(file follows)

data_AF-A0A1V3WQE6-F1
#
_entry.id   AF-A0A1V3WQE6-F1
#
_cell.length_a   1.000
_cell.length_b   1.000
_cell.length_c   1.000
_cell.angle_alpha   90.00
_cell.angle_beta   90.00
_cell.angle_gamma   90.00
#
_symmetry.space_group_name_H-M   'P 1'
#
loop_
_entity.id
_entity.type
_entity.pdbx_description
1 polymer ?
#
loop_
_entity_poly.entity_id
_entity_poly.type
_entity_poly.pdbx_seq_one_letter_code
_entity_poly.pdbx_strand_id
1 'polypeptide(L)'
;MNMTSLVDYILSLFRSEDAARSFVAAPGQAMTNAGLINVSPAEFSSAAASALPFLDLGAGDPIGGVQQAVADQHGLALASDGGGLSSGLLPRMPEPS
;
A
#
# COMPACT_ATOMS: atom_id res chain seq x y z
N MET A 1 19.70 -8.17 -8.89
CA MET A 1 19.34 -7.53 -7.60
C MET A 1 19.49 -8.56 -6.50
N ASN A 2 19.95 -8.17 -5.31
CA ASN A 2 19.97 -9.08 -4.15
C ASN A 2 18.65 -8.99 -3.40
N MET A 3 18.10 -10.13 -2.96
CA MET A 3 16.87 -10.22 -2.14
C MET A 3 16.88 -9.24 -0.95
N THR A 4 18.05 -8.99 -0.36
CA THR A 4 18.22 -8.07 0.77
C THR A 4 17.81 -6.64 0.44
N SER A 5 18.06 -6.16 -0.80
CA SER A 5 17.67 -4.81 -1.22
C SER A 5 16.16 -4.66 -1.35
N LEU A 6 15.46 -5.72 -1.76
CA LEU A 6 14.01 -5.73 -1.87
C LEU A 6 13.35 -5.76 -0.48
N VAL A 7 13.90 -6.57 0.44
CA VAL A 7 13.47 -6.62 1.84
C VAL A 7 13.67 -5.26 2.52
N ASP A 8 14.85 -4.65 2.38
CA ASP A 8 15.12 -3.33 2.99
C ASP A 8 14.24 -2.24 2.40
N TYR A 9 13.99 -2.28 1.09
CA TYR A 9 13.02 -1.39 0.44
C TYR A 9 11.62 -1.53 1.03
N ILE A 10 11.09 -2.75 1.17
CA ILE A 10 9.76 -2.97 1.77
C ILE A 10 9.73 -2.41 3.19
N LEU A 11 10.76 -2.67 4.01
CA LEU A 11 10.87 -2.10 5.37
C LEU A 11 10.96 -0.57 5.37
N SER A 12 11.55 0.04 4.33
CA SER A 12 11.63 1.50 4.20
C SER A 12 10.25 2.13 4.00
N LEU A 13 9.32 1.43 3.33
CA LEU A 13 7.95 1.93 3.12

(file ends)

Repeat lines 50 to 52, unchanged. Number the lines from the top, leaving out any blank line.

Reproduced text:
CA VAL A 7 13.47 -6.62 1.84
C VAL A 7 13.67 -5.26 2.52
N ASP A 8 14.85 -4.65 2.38